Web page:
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St. Dominic Church

The Convent Complex of St. Dominic represents one of the most significant nodes of Monopoli culture. The Church is of considerable interest not only from an artistic, but also from a historical point of view; it is in fact a monument of great architectural value and a rich repository of cultural heritage, each of which testifies to a moment in Monopoli's history in a chronological sphere ranging from the late 15th century to the 18th century. The investigation of the monastery complex has resulted in an interesting cultural assessment that illuminates the Monopoli-Apulia relationship and places the church of St. Dominic as an effective mirror of the Monopoli situation, as an exemplification of the 3 different cultural trends affecting the city in the aforementioned centuries.

In April 1528, while the plague was claiming victims, 400 Venetian soldiers took possession of Monopoli, which, peacefully and because it was exhausted by the epidemic, opened its doors to them, preferring the colours of St Mark's to those of Spain. The commander of the garrison, Andrea Gritti, had the buildings outside the walls, but close to them, demolished so that they could not be used by the Spaniards, who, under the command of the Marquis of Vasto, would soon come to attempt to conquer the city. Thus, among those buildings, the convent and church of Santa Maria della Nova with the art treasures they certainly contained were also demolished. The friars, however, as early as 20 August 1530, << from the happy memory of Clement VII >> received permission to build a new convent.

The preaching fathers would have founded their church, outside the walls, in the area of the Fontanelle, and this would have been called S. Maria Nova, like the Dominican church in Florence, dear to Dante. Here Brother Reginaldo opened his studio as prior and miniature artist, which was to give him such fame. Here, probably, in the ancient church, before it was destroyed during the Spanish siege, 'landed' the precious panel painting by Giambellino, now in the Provincial Art Gallery of Bari. Finally, Stefano da Putignano worked for the Dominicans of Santa Maria Nova. When the convent and church were rebuilt within the walls at the end of the 16th century and in the early years of the 17th century, the Dominicans confirmed the Order's intellectual level and taste for art in the following two centuries.

The three-nave church rises with a dome and ends with a Gothic apse. The work of the stone, the embroidery of the ornamentation, from the door frames to the triumphal arch of the presbytery, from the capitals to the Baroque altars, the subtle structural devices such as the narrow aisles and the upper chase of the agile vaults, are its richness. Styles also chase each other: the nostalgia of the Gothic appears next to the Renaissance dome; the sophisticated, mannered door frames on either side of the apse are answered by the mystical tarantulas of the Salento altars. The first one on the right, in the chapel of the Rosary, appears to be by Manieri, who worked in Monopoli between 1741 and 1742 for the Benedictine St. Leonard.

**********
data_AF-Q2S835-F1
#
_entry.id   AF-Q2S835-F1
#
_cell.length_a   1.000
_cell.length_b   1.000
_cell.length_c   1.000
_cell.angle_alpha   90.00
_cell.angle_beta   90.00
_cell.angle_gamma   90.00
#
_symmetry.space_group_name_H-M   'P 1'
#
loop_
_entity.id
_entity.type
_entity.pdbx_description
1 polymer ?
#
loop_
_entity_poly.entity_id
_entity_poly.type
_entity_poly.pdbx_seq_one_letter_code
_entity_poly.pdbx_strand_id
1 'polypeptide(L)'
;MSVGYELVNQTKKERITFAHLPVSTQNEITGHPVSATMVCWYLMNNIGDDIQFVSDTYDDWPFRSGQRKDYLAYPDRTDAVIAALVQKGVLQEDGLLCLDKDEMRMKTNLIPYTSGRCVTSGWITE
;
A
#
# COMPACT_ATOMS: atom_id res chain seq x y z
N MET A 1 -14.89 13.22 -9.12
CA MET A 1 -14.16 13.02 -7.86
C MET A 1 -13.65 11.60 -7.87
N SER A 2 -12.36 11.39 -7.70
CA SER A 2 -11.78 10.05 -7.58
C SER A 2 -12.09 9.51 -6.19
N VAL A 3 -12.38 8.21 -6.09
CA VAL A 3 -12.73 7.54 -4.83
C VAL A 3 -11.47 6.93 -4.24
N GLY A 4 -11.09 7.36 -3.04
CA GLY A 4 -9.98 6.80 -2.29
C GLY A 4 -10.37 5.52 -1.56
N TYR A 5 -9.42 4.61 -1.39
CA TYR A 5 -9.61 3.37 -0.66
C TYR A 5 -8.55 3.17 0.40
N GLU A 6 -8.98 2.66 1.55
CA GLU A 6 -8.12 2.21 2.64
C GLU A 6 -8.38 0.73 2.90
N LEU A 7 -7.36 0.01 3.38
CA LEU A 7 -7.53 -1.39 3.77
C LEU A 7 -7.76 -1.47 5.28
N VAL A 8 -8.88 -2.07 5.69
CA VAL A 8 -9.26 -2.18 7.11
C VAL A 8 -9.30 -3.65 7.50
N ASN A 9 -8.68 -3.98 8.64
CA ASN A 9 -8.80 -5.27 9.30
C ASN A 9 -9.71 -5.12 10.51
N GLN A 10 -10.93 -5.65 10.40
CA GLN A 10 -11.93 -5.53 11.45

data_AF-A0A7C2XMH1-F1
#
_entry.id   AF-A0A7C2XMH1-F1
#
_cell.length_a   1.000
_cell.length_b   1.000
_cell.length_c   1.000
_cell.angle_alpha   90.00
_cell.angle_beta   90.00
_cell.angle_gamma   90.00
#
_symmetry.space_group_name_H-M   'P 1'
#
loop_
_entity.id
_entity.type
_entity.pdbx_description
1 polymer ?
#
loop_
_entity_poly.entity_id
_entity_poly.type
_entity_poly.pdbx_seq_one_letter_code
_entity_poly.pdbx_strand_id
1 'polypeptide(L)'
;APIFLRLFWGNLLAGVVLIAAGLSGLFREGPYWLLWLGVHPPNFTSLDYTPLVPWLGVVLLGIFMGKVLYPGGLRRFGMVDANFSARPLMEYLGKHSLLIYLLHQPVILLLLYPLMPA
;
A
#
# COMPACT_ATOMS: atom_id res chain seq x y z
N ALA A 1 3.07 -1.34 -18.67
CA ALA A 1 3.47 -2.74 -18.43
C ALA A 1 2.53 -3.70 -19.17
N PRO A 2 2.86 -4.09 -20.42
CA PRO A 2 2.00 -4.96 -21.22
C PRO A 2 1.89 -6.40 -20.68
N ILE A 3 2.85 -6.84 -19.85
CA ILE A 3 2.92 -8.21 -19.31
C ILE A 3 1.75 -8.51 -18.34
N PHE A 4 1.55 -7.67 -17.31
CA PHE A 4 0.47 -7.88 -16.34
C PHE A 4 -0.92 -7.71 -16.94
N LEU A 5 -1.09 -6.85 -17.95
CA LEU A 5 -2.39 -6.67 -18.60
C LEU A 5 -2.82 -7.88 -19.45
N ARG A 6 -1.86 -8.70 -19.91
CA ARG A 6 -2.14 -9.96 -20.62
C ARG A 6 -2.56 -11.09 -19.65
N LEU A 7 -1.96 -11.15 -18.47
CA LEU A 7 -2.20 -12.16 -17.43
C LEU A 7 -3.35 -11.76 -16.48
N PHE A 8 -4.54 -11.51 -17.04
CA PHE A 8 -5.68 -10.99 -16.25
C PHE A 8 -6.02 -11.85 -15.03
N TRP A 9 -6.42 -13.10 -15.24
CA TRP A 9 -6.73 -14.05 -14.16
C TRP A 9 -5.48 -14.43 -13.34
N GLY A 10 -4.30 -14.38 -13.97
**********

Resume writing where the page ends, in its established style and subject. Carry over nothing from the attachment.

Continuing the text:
The other two are on the left, the first with the Dominicans in glory, and the third with St. Dominic. The Spanish saint is also in the ceiling with the Madonna and St Catherine of Siena, by Gerolamo Cenatiempo (1703); he is also in the painting by Palma il Giovane, on the left wall of the transept, visited by three saints, in the Miracle of Soriano. Leaving the church, one can admire the façade, known for its rose window and its precious embroidery. But also for the Stephanesque inserts on the central axis or dawn line of centrality: 'Christ crowned with thorns', 'St Dominic', 'and the enthroned Madonna and Child' in the pinnacle: a figurative vertical as in the best classical depictions. Since the 16th century, S. Domenico was, with its artists and men of letters, a splendour of 'cherubic light', as Dante says light of culture and artistic civilisation.

The convent, now a Carabinieri barracks, retains its ancient nobility: the luminous cloister, the classical entrance frame, the Renaissance loggias on XX September Square.

Municipality of Monopoli - Department of Culture, Monopoli in its past, December 1985.
Michele Pirrelli, Between Convents and Monasteries, Gelsorosso.

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CREDITS: Comune di Monopoli.

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